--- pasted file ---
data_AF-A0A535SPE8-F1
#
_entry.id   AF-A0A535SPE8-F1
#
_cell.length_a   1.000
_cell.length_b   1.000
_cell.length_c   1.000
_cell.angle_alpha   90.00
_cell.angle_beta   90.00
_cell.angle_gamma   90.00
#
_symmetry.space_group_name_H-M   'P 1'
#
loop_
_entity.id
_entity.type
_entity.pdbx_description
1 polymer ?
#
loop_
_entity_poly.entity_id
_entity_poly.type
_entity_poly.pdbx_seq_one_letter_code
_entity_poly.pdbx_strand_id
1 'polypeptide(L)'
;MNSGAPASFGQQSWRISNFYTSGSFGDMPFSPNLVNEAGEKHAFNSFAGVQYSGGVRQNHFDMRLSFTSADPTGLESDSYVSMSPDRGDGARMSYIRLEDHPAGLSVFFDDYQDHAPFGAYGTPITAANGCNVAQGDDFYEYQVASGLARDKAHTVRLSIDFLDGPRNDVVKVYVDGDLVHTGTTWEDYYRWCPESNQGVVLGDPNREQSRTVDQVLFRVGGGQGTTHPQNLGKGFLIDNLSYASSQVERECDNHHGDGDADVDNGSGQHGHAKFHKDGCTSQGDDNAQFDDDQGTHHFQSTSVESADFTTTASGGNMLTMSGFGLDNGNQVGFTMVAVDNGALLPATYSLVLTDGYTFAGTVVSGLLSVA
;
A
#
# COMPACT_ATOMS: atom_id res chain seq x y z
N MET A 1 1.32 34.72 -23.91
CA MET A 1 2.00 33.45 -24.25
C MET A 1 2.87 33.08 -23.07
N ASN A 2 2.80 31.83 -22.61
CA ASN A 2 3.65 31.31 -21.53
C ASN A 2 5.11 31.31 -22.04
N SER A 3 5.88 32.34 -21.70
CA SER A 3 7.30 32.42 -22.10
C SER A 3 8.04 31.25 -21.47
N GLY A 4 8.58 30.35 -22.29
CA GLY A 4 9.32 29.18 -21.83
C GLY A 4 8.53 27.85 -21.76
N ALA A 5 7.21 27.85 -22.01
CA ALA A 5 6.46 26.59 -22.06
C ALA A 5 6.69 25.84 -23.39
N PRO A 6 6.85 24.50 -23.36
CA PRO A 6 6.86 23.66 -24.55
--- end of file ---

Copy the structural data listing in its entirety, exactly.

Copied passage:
data_AF-A0A535SPE8-F1
#
_entry.id   AF-A0A535SPE8-F1
#
_cell.length_a   1.000
_cell.length_b   1.000
_cell.length_c   1.000
_cell.angle_alpha   90.00
_cell.angle_beta   90.00
_cell.angle_gamma   90.00
#
_symmetry.space_group_name_H-M   'P 1'
#
loop_
_entity.id
_entity.type
_entity.pdbx_description
1 polymer ?
#
loop_
_entity_poly.entity_id
_entity_poly.type
_entity_poly.pdbx_seq_one_letter_code
_entity_poly.pdbx_strand_id
1 'polypeptide(L)'
;MNSGAPASFGQQSWRISNFYTSGSFGDMPFSPNLVNEAGEKHAFNSFAGVQYSGGVRQNHFDMRLSFTSADPTGLESDSYVSMSPDRGDGARMSYIRLEDHPAGLSVFFDDYQDHAPFGAYGTPITAANGCNVAQGDDFYEYQVASGLARDKAHTVRLSIDFLDGPRNDVVKVYVDGDLVHTGTTWEDYYRWCPESNQGVVLGDPNREQSRTVDQVLFRVGGGQGTTHPQNLGKGFLIDNLSYASSQVERECDNHHGDGDADVDNGSGQHGHAKFHKDGCTSQGDDNAQFDDDQGTHHFQSTSVESADFTTTASGGNMLTMSGFGLDNGNQVGFTMVAVDNGALLPATYSLVLTDGYTFAGTVVSGLLSVA
;
A
#
# COMPACT_ATOMS: atom_id res chain seq x y z
N MET A 1 1.32 34.72 -23.91
CA MET A 1 2.00 33.45 -24.25
C MET A 1 2.87 33.08 -23.07
N ASN A 2 2.80 31.83 -22.61
CA ASN A 2 3.65 31.31 -21.53
C ASN A 2 5.11 31.31 -22.04
N SER A 3 5.88 32.34 -21.70
CA SER A 3 7.30 32.42 -22.10
C SER A 3 8.04 31.25 -21.47
N GLY A 4 8.58 30.35 -22.29
CA GLY A 4 9.32 29.18 -21.83
C GLY A 4 8.53 27.85 -21.76
N ALA A 5 7.21 27.85 -22.01
CA ALA A 5 6.46 26.59 -22.06
C ALA A 5 6.69 25.84 -23.39
N PRO A 6 6.85 24.50 -23.36
CA PRO A 6 6.86 23.66 -24.55